A Second Glance At – Deus Ex: Human Revolution

Allow me to take you to the not so far future. The year is 2027 and mankind is now on the brink of achieving greatness with the integration of man and machine through augmentations. The world itself is a very darker place with many countries governments no longer having total control as large corporations take vested interests in how the country and humanity moves forward.

Deus Ex: Human Revolution is the first title from Eidos Montreal and is published by Square Enix. It is a prequel to one of the most highly regarded games for the PC, Deus Ex, released back in 2000. This time around you play an ex-cop turned private head of security for one of the world’s leading manufactures in human argumentations, Sarif Industires.

After an attack led by highly augmented black ops mercenaries on the Sarif headquarters in Detroit, Jensen is left badly injured with his only hope being the augmentation of his body with mechanical parts. He awakes to a new world and must learn the truth to why Sarif was attacked, as well as uncover a plot to change the world forever.

Many gamers will know the name Deus Ex as one of the founders of the modern western RPG shooting game and has influenced many other modern classics such as games like Mass Effect and Bioshock where the user is presented with a multiple path approach to solving a puzzle as well as combining a complex upgrade system allowing the user a high degree of customisation of their experience.

Adam Jensen is quite a mean looking its just a shame he's swallowed all that gravel

Human Revolution doesn’t disappoint in this aspect of the game as users can find themselves torn between spending their precious Praxis (upgrade) points on skills such as cloaking, punching through walls, hacking, or a devastating Typhoon explosive system just to name but a few examples. Each offers its own benefits to the player such as the Typhoon being very useful when surrounded or being able to slip by a group of guards, making each play through of the game both challenging and unique for the player.

Gameplay wise feels like a standard shooter with elements of RPG mixed in just to make the game interesting such as with elements like inventory management. However the mechanics of the game are not what makes this game shine, this lie very much in the look, sound, and feel of the game. It travels the world with a very open level feel and doesn’t make you feel like you are in a single level at any one time with invisible walls, but in a lived in city such as Detroit, or Shanghai.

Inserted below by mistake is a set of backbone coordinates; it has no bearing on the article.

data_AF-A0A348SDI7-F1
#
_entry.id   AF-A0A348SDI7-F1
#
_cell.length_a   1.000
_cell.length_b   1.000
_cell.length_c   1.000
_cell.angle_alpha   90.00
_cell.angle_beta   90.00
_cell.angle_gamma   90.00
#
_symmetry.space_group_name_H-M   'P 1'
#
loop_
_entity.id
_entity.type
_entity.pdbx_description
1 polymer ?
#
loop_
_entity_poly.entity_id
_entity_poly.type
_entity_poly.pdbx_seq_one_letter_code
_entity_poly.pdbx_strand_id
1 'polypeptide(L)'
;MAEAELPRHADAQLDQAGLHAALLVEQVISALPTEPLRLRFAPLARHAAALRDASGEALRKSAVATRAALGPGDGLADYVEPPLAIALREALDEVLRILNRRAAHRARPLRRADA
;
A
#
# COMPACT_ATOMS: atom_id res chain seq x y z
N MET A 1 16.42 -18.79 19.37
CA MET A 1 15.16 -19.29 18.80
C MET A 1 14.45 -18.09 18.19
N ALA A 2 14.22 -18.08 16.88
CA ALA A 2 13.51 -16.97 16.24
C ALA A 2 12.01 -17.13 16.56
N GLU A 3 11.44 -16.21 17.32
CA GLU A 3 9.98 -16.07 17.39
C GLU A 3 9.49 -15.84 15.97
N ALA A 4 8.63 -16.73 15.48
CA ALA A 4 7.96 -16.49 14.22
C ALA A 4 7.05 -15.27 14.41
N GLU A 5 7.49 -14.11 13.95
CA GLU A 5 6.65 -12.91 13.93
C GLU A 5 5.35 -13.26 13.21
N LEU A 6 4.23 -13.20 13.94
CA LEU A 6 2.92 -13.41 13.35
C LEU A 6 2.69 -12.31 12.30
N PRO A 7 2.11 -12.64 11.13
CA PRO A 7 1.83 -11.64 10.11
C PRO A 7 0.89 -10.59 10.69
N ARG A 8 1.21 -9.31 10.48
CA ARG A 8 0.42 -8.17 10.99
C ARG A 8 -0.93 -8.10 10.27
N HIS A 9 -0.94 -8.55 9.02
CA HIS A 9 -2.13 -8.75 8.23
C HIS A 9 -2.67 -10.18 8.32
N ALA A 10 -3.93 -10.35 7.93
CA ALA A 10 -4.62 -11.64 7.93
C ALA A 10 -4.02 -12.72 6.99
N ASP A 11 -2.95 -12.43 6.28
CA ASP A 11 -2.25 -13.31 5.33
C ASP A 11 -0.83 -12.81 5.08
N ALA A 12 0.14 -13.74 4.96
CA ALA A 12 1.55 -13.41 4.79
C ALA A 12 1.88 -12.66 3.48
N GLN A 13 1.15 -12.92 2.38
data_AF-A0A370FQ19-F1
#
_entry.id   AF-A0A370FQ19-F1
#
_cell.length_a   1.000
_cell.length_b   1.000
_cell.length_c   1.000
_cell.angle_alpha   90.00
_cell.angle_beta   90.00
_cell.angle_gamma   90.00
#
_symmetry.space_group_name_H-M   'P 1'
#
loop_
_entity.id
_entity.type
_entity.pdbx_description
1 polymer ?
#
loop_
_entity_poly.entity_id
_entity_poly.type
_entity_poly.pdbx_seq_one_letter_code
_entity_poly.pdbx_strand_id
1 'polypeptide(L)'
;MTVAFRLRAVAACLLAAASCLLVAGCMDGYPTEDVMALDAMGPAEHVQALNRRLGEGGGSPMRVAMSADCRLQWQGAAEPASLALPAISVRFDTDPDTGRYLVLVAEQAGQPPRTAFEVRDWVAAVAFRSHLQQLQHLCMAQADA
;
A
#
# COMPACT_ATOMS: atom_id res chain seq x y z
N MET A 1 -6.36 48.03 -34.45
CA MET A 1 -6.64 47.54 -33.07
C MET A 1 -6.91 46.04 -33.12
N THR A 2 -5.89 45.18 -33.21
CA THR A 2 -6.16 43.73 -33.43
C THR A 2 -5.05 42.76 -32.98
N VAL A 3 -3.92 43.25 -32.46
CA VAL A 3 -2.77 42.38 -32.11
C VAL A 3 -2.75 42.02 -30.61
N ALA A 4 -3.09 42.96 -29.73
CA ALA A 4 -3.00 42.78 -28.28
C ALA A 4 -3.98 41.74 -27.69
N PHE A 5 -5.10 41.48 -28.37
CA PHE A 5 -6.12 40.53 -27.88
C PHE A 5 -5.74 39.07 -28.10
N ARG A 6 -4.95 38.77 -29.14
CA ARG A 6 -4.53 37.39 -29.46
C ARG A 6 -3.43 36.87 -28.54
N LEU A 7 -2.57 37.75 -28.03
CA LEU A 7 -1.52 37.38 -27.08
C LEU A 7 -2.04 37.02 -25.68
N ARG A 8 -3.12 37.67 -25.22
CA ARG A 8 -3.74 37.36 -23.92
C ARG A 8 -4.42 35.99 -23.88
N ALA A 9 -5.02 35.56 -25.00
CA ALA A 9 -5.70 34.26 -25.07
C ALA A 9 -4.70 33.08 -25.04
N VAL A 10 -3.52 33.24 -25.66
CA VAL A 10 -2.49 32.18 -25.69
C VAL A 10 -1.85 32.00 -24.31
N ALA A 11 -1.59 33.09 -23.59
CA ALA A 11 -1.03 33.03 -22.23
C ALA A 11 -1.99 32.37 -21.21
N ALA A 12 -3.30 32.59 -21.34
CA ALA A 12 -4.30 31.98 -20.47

The game adopts a “cyber punk” feel to it with the use of a lot of browns, blacks and yellows to make the game feel darker and grittier, while the music (a light mix of techno and electric) adds a sense of feeling to world that is meant to (and comes across as) breathing and living as you interact with it. Each decision that you make in a mission, such as killing or tranquilising a person has a consequence which feels very real through most of the game. It is only at the very end of the game where this falls flat.

At the end of the game you are face with a choice of what to do and how you may proceed with the future. The only thing is in games like Mass Effect and Bioshock, your choices all throughout the game had an impact and led you to this point. In Deus Ex you are simply pushing  the ending button to see what happens which makes the game feel kind of cheap after such a good run.

In the boss fights you find yourself at a bit of a loss if you've been trying to place as the good guy

This is true when it comes to the boss fights where you have to face each of the mercenaries that attacked you in the beginning. You must kill them with no other choice to avoid this battle or seek a resolution, which can be a challenge in the early stages when you don’t yet have access to more powerful weapons and upgrades but later on when you do you can and will find that these battles are easily resolved with a few well placed grenades.

At the end of the day, is the game worth your money? Yes, someone who never got around to playing the first game and being in the minority of enjoying the second game (Invisible War), this game is worth picking up to play. Its gameplay lasts a good 20 hours when you play it on the right difficulty and has some replay value when hunting down the side quests and achievements.

The game will offer you great value for your money and with story based DLC dropping this week, the game is set to have further expansions. Considering that this is the first attempt by Eidos Montreal  at a AAA title they’ve done a bang up job of resurrecting this franchise into something which could be quite promising for the future with an inevitable sequel due within the next few years.

DrDogbert (43 Posts)

My name is DrDogbert I'm a Movie geek, Gamer, reader, writer, down right plain normal guy who likes to talk to himself at times